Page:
Sprint CFO: Unlimited Not Really A Sustainable Proposition


Sprint's CFO, Tarek Robbiati, was recently noted stating that 'unlimited' is unlikely to be a "sustainable proposition" in the future. Robbiati was noted making the comments during an investors meeting where the topic was briefly touched upon. While Robbiati made no suggestion that the unlimited battle is due to come to an end anytime soon, Robbiati did make it clear that in terms of the bigger picture, or the "longer run", it is unlikely that companies will be able to continue battling on the unlimited front, indefinitely.

The reason for the comments is that Robbiati explains that there is the issue of capacity and the ability to maintain and provide for an ever-increased need for capacity. Due to this, Robbiati suggests that as time goes on, the cost associated with unlimited will inevitably have to go up accordingly. Robbiati was making the comments as part of a wider approach to explaining that Sprint is in a better position than others to combat this long-term effect of unlimited, due to its spectrum portfolio. One which means that, according to Robbiati, Sprint will be able to increase capacity at a more affordable rate than others. Robbiati further drove home this point, but noting that the 'unlimited race' is not quite the race to the bottom that it currently seems to be. Instead, Robbiati argues that it is more of a "race toward building capacity" and one which means that the more capacity a carrier has, the greater its ability to continue building out that capacity without incurring (or passing on) costs will be. Essentially, Sprint is in a better long term position to accommodate unlimited at an affordable rate, than others.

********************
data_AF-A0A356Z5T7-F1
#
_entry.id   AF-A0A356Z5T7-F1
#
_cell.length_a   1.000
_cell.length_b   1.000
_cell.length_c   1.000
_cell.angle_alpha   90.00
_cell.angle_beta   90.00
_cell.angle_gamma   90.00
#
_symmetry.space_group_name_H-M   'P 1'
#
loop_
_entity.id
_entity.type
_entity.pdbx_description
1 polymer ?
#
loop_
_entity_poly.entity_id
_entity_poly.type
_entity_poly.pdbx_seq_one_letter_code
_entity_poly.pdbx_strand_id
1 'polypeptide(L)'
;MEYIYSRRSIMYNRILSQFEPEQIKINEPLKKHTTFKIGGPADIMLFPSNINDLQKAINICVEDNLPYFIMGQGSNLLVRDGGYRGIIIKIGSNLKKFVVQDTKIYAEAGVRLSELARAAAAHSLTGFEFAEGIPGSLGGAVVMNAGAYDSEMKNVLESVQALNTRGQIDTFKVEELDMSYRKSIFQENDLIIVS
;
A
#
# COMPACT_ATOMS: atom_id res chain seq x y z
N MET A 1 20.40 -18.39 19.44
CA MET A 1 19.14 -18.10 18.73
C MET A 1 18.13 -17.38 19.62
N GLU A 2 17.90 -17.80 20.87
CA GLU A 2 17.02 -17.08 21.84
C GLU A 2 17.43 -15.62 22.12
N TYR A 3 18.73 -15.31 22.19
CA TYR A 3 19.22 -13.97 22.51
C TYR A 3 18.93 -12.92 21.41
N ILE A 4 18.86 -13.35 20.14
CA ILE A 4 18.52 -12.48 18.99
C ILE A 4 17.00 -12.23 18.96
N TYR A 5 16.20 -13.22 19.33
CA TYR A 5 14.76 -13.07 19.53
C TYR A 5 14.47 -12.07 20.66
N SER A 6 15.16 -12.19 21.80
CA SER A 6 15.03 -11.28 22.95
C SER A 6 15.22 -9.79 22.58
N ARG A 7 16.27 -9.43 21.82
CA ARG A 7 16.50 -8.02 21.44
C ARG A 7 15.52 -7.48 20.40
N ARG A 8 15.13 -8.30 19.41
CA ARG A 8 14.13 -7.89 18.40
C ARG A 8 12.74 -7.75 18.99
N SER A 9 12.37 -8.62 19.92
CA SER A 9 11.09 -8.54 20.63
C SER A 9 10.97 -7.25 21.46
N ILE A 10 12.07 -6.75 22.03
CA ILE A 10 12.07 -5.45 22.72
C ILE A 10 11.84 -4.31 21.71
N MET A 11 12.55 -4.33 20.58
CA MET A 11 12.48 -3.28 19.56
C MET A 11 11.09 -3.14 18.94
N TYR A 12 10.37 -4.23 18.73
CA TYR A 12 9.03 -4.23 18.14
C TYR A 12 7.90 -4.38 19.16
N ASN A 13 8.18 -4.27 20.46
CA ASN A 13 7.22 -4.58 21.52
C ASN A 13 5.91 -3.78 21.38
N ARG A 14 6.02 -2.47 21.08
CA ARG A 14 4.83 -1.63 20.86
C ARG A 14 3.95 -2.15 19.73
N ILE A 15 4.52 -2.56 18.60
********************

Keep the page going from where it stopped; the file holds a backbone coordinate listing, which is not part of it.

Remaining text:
In either case, it is clear that 'unlimited' is unlikely to reach any major hurdles in the near future and will continue to be the big selling point that it has been of late. This has become a key battleground recently with all of the major carriers, including Verizon, bringing their own interpretation of unlimited to the table. The race to the bottom that Robbiati speaks of, is relevant to how carriers seem to be looking to win custom for the particular unlimited flavor by including added-value aspects, like for instance, HD streaming. So while the long term race to building out capacity filters on, it is likely that a race to offer the most value-laden unlimited will also continue.

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John has been writing about and reviewing tech products since 2014 after making the transition from writing about and reviewing airlines. With a background in Psychology, John has a particular interest in the science and future of the industry. Besides adopting the Managing Editor role at AH John also covers much of the news surrounding audio and visual tech, including cord-cutting, the state of Pay-TV, and Android TV. Contact him at [email protected]

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